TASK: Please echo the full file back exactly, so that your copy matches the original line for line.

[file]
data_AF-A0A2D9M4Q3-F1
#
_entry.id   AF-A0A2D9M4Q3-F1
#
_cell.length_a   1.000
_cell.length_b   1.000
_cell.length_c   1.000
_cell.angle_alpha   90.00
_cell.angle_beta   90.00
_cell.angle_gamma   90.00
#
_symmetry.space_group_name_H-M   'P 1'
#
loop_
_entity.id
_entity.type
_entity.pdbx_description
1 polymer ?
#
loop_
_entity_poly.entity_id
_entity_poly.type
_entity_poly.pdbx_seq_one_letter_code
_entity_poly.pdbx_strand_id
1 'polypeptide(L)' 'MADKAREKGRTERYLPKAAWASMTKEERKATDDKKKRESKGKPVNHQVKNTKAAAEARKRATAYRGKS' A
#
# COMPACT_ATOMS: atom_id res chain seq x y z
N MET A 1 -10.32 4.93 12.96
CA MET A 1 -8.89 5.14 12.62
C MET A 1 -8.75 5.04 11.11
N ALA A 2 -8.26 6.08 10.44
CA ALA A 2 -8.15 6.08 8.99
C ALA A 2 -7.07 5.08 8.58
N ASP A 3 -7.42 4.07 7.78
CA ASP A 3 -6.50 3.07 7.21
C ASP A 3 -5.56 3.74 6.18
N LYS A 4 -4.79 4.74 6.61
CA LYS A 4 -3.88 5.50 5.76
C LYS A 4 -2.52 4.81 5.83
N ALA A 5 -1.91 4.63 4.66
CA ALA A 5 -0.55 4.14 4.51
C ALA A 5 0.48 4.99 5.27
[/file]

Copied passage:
data_AF-A0A2D9M4Q3-F1
#
_entry.id   AF-A0A2D9M4Q3-F1
#
_cell.length_a   1.000
_cell.length_b   1.000
_cell.length_c   1.000
_cell.angle_alpha   90.00
_cell.angle_beta   90.00
_cell.angle_gamma   90.00
#
_symmetry.space_group_name_H-M   'P 1'
#
loop_
_entity.id
_entity.type
_entity.pdbx_description
1 polymer ?
#
loop_
_entity_poly.entity_id
_entity_poly.type
_entity_poly.pdbx_seq_one_letter_code
_entity_poly.pdbx_strand_id
1 'polypeptide(L)' 'MADKAREKGRTERYLPKAAWASMTKEERKATDDKKKRESKGKPVNHQVKNTKAAAEARKRATAYRGKS' A
#
# COMPACT_ATOMS: atom_id res chain seq x y z
N MET A 1 -10.32 4.93 12.96
CA MET A 1 -8.89 5.14 12.62
C MET A 1 -8.75 5.04 11.11
N ALA A 2 -8.26 6.08 10.44
CA ALA A 2 -8.15 6.08 8.99
C ALA A 2 -7.07 5.08 8.58
N ASP A 3 -7.42 4.07 7.78
CA ASP A 3 -6.50 3.07 7.21
C ASP A 3 -5.56 3.74 6.18
N LYS A 4 -4.79 4.74 6.61
CA LYS A 4 -3.88 5.50 5.76
C LYS A 4 -2.52 4.81 5.83
N ALA A 5 -1.91 4.63 4.66
CA ALA A 5 -0.55 4.14 4.51
C ALA A 5 0.48 4.99 5.27